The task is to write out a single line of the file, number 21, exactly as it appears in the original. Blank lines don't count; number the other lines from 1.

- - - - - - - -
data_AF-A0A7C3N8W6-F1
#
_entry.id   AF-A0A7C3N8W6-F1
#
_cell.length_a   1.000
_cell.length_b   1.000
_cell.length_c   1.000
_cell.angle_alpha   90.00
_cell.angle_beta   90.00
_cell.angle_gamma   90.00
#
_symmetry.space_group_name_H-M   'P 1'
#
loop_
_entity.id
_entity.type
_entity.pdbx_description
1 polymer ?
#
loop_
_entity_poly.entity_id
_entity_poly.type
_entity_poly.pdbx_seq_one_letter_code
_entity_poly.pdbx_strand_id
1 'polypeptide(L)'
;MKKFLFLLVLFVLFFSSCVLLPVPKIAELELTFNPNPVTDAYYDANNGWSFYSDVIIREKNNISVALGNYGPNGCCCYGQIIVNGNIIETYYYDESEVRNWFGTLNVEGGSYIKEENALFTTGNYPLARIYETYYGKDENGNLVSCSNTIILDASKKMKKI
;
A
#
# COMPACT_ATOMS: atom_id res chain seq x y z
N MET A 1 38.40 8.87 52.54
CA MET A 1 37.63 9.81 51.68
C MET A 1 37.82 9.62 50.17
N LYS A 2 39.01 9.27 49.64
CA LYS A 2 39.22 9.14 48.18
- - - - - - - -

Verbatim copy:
_entity_poly.entity_id